SRNL conducts an active program of applied research and development related to atmospheric technologies. Areas of emphasis include: (1) the transport and fate of contaminants released to the environment from industrial activity or malevolent act for applications in emergency response, nuclear nonproliferation, and carbon science; and (2) applied assessments of regional and local climate as related to the sustainability of energy generation and natural resources in response to possible future climate change.
In 2006, the Federal Bureau of Investigation (FBI) and SRNL announced the opening of a new laboratory and office suite for the forensic examination of radiological material and associated evidence, located at SRNL. In 2010, the FBI and SRNL celebrated the opening of a six-fold expansion of the facility. These laboratory facilities provide the FBI with a flexible radiological containment laboratory where FBI experts can safely conduct forensic examinations on items of evidence associated with radiological material. The facilities represent a significant forensic partnership between the FBI and SRNL. The FBI and SRNL have a longstanding partnership to provide law enforcement with the ability to conduct investigations that involve radioactive materials. SRNL conducted several years of development to adapt FBI forensic protocols for application in radiological labs. SRNL also provides radiological crime scene training to FBI agents from around the country who are members of the FBI’s Hazardous Materials Response Teams and provides training for the FBI Laboratory’s Hazardous Evidence Analysis Team.
DHS Strategic Partner National Laboratory
The U.S. Department of Homeland Security (DHS) has designated SRNL as one of its Strategic Partner National Laboratories. The DHS Science and Technology Directorate established the network of Strategic Partner laboratories to enable the agency to make the best use of the expertise available at these laboratories as it pursues its mission of protecting the nation. SRNL has assisted DHS since the agency's earliest days, providing technologies, analytical capabilities, training and consultation. With the designation as a Strategic Partner, the agency has a mechanism for using SRNL's expertise in the Science & Technology Directorate's internal strategic planning, as it outlines science and technology activities that will enhance its ability to fulfill its mission.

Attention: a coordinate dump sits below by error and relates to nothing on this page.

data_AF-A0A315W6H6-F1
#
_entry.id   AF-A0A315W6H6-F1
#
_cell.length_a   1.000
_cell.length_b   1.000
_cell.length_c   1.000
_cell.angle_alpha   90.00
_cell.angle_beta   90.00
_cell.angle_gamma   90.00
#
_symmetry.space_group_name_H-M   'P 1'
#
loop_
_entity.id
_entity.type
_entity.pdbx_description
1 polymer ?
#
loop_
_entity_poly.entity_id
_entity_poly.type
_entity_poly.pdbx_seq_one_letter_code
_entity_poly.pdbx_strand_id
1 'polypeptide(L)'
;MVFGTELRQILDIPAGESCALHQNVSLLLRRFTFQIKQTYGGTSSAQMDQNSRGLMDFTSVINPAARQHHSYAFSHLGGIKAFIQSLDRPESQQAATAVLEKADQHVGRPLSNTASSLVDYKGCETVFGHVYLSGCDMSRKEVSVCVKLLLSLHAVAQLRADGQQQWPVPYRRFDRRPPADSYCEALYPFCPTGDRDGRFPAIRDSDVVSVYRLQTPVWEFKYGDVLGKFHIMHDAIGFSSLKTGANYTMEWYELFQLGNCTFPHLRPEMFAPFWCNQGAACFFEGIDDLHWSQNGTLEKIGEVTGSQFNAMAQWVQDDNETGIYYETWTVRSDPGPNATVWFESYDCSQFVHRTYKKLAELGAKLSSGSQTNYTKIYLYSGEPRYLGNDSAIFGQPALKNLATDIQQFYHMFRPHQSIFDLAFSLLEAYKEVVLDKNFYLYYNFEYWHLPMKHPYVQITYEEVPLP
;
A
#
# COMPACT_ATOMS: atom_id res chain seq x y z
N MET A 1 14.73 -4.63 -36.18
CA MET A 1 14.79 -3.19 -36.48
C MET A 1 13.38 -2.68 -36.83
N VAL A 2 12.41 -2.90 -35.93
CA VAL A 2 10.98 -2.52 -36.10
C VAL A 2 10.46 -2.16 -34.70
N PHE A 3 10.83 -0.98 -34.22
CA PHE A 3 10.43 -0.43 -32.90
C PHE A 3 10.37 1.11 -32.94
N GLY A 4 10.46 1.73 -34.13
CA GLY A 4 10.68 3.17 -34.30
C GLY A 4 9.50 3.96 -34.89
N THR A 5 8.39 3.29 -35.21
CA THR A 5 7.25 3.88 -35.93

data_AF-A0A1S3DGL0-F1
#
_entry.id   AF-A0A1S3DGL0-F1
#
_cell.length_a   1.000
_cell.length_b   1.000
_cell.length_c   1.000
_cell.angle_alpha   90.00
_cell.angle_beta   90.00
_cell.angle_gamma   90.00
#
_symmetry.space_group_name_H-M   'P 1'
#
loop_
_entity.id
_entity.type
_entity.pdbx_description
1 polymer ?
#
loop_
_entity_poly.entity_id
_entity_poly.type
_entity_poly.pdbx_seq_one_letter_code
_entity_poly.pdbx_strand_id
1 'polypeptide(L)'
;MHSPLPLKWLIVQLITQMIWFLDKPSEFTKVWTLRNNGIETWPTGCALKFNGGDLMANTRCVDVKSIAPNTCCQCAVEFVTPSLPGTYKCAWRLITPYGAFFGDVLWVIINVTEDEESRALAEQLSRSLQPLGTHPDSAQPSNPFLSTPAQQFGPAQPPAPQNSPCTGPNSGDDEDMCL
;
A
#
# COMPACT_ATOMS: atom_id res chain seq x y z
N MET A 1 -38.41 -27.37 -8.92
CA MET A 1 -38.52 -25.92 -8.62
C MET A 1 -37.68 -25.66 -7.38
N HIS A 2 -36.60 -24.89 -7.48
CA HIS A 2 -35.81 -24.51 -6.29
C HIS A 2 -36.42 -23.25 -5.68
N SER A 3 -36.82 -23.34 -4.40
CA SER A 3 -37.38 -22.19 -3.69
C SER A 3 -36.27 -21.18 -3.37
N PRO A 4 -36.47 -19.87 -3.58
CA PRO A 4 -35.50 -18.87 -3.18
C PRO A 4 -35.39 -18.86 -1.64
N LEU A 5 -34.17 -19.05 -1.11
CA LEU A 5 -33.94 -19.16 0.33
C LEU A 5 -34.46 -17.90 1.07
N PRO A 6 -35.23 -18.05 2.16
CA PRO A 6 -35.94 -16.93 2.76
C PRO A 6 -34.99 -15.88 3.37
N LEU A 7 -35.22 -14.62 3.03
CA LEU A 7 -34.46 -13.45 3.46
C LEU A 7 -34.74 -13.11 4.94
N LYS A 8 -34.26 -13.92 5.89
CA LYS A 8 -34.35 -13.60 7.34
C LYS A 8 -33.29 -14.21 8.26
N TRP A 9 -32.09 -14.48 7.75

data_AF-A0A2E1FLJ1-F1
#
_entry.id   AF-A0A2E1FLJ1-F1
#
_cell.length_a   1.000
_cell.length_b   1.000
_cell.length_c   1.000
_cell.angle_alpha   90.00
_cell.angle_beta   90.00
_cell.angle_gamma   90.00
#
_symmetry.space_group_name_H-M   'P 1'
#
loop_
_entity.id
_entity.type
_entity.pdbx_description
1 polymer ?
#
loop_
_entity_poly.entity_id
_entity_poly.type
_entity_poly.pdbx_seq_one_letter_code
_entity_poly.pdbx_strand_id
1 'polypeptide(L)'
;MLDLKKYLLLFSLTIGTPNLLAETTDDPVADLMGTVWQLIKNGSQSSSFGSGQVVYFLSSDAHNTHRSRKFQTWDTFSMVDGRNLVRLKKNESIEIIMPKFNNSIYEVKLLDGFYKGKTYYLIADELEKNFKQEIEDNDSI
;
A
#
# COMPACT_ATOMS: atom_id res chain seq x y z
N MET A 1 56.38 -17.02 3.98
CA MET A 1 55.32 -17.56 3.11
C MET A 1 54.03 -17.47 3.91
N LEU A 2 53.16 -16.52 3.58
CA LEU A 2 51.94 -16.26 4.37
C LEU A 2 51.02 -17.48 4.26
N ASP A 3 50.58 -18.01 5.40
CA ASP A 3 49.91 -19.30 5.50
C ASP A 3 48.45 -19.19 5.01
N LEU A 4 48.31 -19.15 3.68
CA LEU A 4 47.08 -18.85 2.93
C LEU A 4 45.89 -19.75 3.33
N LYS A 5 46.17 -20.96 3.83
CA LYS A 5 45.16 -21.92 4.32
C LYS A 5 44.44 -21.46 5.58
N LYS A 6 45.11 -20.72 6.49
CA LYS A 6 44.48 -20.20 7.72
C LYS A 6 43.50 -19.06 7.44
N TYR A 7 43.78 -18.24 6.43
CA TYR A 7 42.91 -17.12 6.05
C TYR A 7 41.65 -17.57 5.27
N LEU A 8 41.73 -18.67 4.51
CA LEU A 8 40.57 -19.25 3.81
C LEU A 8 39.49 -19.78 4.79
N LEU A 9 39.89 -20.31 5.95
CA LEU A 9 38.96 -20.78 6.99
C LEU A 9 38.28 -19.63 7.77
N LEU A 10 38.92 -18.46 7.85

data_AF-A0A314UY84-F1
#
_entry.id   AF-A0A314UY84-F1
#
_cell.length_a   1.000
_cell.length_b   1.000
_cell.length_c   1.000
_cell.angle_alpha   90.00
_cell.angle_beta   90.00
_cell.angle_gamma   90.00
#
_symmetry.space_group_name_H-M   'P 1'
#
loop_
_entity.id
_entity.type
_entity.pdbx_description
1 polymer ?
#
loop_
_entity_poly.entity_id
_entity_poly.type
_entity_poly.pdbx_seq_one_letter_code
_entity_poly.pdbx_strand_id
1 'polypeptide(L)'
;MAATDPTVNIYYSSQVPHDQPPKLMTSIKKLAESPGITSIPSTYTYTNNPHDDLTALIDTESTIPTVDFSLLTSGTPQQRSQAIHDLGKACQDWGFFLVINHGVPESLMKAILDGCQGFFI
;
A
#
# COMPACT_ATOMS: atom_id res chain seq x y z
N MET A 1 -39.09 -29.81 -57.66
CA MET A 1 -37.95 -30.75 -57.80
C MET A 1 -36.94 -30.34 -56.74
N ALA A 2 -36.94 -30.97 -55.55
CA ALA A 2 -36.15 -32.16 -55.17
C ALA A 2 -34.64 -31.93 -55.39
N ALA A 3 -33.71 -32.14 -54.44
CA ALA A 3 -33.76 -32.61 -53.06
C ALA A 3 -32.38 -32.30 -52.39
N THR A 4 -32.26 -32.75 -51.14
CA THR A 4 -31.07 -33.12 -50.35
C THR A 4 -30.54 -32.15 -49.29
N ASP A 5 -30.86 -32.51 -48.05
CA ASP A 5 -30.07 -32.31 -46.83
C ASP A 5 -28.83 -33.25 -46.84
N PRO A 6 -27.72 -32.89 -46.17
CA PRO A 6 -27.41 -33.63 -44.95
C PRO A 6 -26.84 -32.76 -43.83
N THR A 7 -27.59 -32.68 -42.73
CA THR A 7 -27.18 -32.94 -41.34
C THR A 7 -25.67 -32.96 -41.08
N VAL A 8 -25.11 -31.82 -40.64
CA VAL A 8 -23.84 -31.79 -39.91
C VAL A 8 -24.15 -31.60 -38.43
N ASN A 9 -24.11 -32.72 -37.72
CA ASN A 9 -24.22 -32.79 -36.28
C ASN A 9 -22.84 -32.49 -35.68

Support for New York City 9/11 Search Efforts
On the afternoon of September 11, 2001, the Department of Justice’s National Institute of Justice called the Savannah River National Laboratory (then called the Savannah River Technology Center) to ask what capabilities the laboratory could offer to assist the search efforts in New York City. The response was quick and positive. At noon on Sept. 13, less than 24 hours after the formal request for support, two trucks left the laboratory, carrying a team of SRNL personnel and a variety of remotely operated equipment. The team’s years of developing and deploying tools for accessing inhospitable areas of the Savannah River Site’s nuclear facilities was put to new use supporting the search and rescue efforts at Ground Zero. For the next month, four to six team members remained in New York , rotating personnel every week to 10 days.